Even O’Rourke, for whom, just last year, being a senator was something of a dream job, said that running for the same office now “would not be good enough for El Paso and it would not be good enough for this country.” He made that comment soon after a mass shooting in El Paso, in which the gunman targeted what he called a “Hispanic invasion.” On a human level, it’s understandable that O’Rourke would want to directly take on Trump and his bigotry; on a political level, though, the logic is less clear. When Senator Kirsten Gillibrand left the Presidential race, last week, she said, “It’s important to know when it’s not your time, and to know how you can best serve your community and country.”

There are many fronts on which the battle against Trumpism can be fought. More broadly, too much is lost if legislative politics, as practiced in Washington, is simply scorned. The Senate can be a safety net for our democracy, and, at the moment, it needs saving. Someone has to do it.

Hurricanes Unite Us — Cynthia Barnett in The Atlantic.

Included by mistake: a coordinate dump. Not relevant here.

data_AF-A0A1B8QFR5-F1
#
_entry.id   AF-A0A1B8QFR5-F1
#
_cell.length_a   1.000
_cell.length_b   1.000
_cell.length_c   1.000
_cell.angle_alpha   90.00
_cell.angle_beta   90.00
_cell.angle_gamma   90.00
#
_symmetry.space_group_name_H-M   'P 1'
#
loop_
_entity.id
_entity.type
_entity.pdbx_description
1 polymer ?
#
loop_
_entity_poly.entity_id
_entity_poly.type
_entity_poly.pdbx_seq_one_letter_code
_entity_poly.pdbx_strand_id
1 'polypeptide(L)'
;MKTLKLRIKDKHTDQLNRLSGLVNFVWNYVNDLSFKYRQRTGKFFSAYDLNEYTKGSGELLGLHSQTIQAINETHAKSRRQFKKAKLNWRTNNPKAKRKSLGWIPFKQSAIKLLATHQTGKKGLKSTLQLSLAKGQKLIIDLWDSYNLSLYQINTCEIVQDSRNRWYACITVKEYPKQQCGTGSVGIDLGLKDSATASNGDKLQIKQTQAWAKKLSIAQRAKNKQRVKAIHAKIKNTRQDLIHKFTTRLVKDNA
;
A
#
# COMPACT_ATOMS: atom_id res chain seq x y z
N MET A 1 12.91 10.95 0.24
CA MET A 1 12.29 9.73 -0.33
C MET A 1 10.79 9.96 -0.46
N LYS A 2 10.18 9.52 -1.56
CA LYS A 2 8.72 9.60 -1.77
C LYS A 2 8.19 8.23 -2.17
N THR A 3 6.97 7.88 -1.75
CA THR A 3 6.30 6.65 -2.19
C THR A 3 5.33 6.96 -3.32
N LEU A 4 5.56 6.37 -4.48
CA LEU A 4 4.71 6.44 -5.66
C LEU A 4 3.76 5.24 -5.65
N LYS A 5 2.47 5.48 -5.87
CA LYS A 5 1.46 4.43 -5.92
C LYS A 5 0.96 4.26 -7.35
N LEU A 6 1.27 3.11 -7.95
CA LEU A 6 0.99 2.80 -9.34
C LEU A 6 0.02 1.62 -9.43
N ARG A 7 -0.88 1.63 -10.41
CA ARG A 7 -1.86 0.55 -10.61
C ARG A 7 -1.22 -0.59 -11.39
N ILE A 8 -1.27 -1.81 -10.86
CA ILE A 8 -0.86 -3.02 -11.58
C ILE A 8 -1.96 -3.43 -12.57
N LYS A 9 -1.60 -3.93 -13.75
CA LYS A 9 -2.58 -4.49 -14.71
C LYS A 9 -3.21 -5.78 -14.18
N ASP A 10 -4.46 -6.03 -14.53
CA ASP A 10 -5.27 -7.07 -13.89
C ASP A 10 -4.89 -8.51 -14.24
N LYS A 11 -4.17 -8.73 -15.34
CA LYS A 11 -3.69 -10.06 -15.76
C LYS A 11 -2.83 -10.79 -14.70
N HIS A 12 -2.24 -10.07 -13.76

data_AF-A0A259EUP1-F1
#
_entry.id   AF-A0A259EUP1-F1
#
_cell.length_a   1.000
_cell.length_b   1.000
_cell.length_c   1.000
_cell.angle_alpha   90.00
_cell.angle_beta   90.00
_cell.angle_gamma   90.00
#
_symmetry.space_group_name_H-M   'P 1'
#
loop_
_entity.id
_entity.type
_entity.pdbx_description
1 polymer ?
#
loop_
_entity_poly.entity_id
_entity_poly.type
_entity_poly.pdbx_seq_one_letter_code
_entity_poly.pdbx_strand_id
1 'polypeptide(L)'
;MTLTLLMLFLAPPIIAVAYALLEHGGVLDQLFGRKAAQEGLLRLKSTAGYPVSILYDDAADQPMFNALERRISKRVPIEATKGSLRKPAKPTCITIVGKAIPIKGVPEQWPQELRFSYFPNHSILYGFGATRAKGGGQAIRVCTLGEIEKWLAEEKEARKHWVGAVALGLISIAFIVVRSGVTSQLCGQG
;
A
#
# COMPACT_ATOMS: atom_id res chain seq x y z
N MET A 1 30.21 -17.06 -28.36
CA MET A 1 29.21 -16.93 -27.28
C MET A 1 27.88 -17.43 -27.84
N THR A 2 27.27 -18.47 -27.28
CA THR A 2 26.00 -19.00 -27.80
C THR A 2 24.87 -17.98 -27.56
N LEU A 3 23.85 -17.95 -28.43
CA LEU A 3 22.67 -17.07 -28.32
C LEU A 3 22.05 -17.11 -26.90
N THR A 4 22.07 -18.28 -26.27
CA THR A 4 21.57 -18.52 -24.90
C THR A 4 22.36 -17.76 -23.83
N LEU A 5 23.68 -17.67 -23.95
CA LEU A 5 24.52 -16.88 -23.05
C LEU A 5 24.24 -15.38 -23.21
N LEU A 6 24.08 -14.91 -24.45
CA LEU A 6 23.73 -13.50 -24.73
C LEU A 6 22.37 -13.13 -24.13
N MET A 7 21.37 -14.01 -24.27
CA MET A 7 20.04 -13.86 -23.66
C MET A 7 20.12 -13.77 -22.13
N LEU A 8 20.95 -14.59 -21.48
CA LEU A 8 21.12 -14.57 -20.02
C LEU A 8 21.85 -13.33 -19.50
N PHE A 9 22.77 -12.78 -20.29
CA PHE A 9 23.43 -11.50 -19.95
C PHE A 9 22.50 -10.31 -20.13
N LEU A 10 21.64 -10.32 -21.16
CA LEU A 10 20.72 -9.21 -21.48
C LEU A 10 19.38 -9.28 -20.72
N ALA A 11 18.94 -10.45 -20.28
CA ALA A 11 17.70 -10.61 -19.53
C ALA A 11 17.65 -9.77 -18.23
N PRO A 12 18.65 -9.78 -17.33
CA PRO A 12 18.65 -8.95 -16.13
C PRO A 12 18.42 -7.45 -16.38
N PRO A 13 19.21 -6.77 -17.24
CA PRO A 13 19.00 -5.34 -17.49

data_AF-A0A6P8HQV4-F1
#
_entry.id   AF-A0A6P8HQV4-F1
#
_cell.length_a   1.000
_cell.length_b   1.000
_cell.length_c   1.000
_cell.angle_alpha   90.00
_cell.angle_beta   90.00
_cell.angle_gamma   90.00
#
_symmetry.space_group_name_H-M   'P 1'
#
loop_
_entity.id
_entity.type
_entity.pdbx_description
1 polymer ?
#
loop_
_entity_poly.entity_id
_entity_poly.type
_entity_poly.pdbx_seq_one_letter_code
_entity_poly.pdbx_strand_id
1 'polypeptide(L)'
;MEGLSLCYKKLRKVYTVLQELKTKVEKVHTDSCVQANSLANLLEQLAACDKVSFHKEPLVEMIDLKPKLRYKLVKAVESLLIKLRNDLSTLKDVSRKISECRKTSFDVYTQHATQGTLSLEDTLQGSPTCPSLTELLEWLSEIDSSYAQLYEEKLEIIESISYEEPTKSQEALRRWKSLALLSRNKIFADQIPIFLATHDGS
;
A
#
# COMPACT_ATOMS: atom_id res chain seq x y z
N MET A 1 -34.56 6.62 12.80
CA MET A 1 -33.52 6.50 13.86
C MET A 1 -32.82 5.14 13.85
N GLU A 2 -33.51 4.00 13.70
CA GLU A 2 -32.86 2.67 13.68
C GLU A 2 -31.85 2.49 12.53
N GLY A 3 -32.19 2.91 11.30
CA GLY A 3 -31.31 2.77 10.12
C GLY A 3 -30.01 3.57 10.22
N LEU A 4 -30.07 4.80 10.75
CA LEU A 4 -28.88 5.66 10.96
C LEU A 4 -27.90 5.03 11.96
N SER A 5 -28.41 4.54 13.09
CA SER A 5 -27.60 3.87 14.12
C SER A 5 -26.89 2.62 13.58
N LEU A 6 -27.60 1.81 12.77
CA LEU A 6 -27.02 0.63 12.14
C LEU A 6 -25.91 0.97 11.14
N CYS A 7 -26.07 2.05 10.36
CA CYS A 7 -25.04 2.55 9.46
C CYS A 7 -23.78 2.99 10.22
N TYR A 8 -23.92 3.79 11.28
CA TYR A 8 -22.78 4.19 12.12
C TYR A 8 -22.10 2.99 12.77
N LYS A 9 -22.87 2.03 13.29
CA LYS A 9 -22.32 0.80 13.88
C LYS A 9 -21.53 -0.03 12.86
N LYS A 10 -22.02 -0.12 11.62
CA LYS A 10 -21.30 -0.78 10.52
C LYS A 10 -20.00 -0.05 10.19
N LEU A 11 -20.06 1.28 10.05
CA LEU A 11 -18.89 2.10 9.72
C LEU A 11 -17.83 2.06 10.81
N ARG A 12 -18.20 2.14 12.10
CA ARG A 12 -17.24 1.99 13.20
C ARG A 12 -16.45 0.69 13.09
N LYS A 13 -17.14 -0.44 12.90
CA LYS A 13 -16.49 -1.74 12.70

The Louisiana writer Walker Percy got a lift from approaching hurricanes. The need to jump into action is so exhilarating that people forget their malaise and despair.

Will Barrett, the passive, autobiographical southerner in Percy’s 1966 novel, The Last Gentleman, had the impression that “not just he but other people felt better in hurricanes.” Even amid the eye, “everything was yellow and still and charged up with value.” A hurricane, Barrett thought, blew away life’s “sad, noxious particles.”

Percy captured a truth that is all but taboo in the fearsome path of a major storm like Hurricane Dorian. The days leading up to a hurricane bring a physical and emotional buzz. Sense of purpose rises as barometric pressure falls. Hurricane preparations fill some of the cracks in our fractured world, awakening a sense of belonging to a ragged and reluctant tribe that is nevertheless galvanized to deal with an emergency.